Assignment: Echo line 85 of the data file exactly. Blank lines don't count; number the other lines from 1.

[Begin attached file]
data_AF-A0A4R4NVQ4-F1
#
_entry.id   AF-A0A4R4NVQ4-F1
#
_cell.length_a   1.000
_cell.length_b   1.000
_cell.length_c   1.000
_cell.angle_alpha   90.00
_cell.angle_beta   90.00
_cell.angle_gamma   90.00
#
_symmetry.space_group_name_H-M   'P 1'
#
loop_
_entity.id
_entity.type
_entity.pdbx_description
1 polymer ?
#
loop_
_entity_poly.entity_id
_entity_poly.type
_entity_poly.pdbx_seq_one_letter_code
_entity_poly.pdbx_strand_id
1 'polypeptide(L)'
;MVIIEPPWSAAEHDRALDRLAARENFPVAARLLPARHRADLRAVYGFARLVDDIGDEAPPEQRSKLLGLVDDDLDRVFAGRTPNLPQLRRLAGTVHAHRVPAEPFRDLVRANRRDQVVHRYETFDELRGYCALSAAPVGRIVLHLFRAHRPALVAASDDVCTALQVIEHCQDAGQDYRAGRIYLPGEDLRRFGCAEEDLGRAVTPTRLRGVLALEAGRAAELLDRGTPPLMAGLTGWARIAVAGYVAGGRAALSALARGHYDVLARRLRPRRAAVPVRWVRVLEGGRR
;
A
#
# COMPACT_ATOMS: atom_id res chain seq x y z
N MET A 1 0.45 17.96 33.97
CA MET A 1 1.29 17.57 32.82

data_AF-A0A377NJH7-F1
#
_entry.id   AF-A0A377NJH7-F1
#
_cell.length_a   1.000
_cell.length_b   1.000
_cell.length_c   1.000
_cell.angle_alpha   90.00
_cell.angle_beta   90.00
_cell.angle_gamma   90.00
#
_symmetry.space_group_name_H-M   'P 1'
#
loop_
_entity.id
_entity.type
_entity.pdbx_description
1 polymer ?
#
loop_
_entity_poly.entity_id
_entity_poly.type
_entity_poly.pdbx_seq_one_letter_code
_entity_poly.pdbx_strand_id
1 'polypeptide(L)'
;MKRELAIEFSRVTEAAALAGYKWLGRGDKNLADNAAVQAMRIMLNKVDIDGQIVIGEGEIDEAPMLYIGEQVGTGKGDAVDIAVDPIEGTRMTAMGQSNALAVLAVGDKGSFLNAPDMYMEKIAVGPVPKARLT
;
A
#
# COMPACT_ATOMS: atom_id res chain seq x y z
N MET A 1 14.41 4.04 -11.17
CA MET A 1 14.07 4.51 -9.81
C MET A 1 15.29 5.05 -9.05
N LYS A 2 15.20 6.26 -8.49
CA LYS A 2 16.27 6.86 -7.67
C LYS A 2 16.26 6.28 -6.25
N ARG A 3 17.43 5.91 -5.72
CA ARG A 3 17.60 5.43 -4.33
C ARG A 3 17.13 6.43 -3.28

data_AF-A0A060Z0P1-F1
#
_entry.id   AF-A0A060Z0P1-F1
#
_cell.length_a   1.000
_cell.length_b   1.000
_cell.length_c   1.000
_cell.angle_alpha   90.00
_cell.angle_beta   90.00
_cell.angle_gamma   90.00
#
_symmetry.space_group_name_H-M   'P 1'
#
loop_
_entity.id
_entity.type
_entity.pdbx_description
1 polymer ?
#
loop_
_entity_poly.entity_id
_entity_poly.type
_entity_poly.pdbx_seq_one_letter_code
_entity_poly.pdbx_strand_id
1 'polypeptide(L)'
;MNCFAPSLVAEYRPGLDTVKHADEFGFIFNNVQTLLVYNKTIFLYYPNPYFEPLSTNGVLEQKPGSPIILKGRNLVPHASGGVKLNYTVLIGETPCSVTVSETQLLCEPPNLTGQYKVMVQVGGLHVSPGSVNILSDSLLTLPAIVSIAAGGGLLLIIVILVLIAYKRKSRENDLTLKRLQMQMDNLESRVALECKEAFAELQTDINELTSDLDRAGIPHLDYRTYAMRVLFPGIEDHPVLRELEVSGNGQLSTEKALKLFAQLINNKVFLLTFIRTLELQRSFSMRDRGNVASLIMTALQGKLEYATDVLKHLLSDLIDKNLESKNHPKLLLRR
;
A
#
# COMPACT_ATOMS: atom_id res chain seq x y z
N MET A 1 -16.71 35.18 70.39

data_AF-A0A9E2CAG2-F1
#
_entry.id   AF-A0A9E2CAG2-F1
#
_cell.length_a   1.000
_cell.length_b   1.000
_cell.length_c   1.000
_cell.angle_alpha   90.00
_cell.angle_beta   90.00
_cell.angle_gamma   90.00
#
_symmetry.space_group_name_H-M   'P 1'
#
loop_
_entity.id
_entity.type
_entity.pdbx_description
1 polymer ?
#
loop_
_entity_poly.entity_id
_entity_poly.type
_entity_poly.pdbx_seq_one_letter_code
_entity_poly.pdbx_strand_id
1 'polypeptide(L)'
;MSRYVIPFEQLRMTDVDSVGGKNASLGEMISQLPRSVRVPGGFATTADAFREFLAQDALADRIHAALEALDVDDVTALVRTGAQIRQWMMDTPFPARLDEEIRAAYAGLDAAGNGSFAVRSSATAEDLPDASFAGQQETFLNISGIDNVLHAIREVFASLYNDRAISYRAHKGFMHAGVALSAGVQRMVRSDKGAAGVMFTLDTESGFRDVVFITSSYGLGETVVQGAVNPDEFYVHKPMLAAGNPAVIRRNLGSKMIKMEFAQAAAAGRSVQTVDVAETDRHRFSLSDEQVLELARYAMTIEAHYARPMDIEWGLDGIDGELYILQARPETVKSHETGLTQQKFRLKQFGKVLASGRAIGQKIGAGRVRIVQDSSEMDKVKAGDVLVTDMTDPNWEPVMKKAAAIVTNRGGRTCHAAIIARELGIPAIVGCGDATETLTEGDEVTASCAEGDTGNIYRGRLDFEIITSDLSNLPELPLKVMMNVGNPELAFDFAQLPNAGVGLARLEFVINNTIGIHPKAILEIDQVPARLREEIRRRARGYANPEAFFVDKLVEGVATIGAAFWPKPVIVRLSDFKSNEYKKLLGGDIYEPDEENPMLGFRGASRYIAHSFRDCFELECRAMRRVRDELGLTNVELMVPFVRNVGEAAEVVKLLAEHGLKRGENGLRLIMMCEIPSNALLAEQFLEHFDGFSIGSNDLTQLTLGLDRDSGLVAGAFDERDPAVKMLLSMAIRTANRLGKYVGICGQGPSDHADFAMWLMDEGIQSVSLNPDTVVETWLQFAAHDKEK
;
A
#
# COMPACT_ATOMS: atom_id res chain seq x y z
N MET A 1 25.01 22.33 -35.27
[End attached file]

loop_